Some scholars argue that Rodney relies too heavily on the dependency theory of the 1960s and How Europe Underdeveloped Africa has been criticized for not looking sufficiently at the internal factors in Africa that accounted for the slave trade and African underdevelopment. Ironically, however, much of his early work had focused on internal factors that retarded Africa’s development and Rodney’s analysis of Africa’s traditional elites was caustic. So in a sense How Europe Underdeveloped Africa was a departure and the emphasis on European involvement in the hugely profitable trade completed his treatment of the relationship between European slave traders and plantation owners on the one hand and on the other hand Africa’s elites who facilitated the slave trade. Also in 1972, Oxford University published Rodney’s doctoral thesis A History of the Upper Guinea Coast 1545–1800. In 1975 two chapters titled “The Guinea Coast” and “Africa in Europe and the Americas” were published in the Cambridge History of Africa. The latter essay was a pioneering study of the African Diaspora.
A History of the Guyanese Working People, 1881–1905
Walter Rodney returned to his native country, now called Guyana, in 1974 and was denied a job at the University of Guyana by President Forbes Burnham. Burnham saw the young scholar-activist as a political opponent and hoped to keep him out of Guyana. Rodney was associated with the Working People’s Alliance, a political organization that sought to offer a nonracial approach to Guyanese politics in a country where party politics had been divided between Cheddi Jagan’s East Indian–based People’s Progressive Party and Forbes Burnham’s Africanbased People’s National Congress. Between 1974 and 1980, when he was murdered at age thirty-eight by a booby-trapped walkie-talkie given to him by a member of Guyana’s Defense Force, Rodney lectured in the United States and Europe for short periods in order to ensure an income. He continued his research and completed working on A History of the Guyanese Working People, 1881–1905, which was published posthumously in 1981. This work embodies his philosophy on the creative role of ordinary people in the making of history and introduces the contribution of African slaves “to the humanization of the Guyanese coastal environment” in creating “an elaborate system of canals … to provide drainage, irrigation, and transportation” (Rodney 1981, pp. 2–3) in a remarkable transfer of Dutch technology to a coastal landscape that was below sea level. It was the first book on the Guyanese working people written in the twentieth century. In 1982, the book won the American Historical Association’s Albert J. Beveridge Prize and in 1983 the Association of Caribbean Historians gave Rodney a posthumous award.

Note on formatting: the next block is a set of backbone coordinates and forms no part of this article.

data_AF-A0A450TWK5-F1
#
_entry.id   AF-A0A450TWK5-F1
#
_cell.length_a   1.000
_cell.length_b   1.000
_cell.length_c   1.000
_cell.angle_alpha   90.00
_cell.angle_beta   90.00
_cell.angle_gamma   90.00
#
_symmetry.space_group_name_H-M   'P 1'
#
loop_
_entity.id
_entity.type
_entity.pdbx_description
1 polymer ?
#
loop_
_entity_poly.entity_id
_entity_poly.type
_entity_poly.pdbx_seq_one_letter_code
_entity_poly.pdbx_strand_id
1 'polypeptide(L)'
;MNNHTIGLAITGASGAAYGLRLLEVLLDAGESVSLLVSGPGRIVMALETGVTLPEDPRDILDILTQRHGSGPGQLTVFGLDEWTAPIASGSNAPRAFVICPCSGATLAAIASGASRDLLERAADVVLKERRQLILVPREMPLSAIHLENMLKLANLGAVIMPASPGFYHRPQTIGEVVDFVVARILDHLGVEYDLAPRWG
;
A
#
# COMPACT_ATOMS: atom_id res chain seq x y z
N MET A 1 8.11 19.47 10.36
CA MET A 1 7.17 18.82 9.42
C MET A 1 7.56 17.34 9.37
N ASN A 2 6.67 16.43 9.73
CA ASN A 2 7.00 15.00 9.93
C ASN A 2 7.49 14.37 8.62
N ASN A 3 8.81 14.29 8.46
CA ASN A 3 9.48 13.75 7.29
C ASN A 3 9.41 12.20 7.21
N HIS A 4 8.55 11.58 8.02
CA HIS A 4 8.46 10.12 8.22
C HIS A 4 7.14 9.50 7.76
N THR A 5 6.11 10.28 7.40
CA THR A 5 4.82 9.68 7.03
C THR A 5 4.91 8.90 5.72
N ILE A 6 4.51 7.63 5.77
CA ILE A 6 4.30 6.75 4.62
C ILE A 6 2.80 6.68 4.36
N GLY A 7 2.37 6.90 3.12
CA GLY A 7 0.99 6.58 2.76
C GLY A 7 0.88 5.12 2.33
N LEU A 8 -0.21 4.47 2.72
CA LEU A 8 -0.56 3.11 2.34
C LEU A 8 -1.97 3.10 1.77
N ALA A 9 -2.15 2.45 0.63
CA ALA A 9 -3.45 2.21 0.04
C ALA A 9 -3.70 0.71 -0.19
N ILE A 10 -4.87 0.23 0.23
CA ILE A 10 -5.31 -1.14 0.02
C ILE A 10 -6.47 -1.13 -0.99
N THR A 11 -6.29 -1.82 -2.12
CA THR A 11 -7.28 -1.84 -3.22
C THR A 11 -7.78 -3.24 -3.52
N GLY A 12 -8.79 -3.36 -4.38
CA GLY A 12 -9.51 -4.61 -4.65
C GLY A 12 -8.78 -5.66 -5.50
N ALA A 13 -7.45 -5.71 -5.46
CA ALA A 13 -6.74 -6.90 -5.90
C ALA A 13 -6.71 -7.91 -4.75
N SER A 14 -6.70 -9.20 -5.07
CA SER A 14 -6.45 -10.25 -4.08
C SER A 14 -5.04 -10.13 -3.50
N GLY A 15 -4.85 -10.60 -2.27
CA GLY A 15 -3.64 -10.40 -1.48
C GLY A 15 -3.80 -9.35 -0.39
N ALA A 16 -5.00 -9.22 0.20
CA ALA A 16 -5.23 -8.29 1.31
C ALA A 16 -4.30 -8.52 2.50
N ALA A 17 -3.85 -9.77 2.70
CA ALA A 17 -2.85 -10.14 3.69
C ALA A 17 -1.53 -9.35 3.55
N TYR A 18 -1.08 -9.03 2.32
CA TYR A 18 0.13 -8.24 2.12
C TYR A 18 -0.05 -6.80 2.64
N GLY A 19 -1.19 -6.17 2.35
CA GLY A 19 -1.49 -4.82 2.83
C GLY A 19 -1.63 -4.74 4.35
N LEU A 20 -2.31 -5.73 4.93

Rodney’s reputation as a historian of the Caribbean was duly recognized. He harnessed history in the service of African and Caribbean decolonization with a view to giving his readers a sense of their creative capacity to build postcolonial societies. The Barbadian novelist George Lamming, in his foreword to A History of the Guyanese Working People, 1881–1905, described Rodney’s approach to history as “a way of ordering knowledge which could become an active part of the consciousness of an uncertified mass of ordinary people and which could be used by all as an instrument of social change. He taught from that assumption. He wrote out of that conviction” (Rodney 1981, p. xvii).
Rodney was also a gifted and compelling speaker whose arguments were backed up by a mastery of contemporary data. He possessed a capacity to communicate complex ideas to small study groups and large audiences with great clarity drawing on his solidly rooted knowledge of African and Caribbean history.
- Lewis, Rupert. 1998. Walter Rodney’s Intellectual and Political Thought. Detroit, MI: Wayne State University Press.
- Rodney, Walter. 1969. The Groundings with My Brothers. London: Bogle–L’Ouverture Publications.
- Rodney, Walter. 1972. How Europe Underdeveloped Africa. London: Bogle L’Ouverture Publications.
- Rodney, Walter. 1981. A History of the Guyanese Working People, 1881–1905. London: Heinemann Educational Books.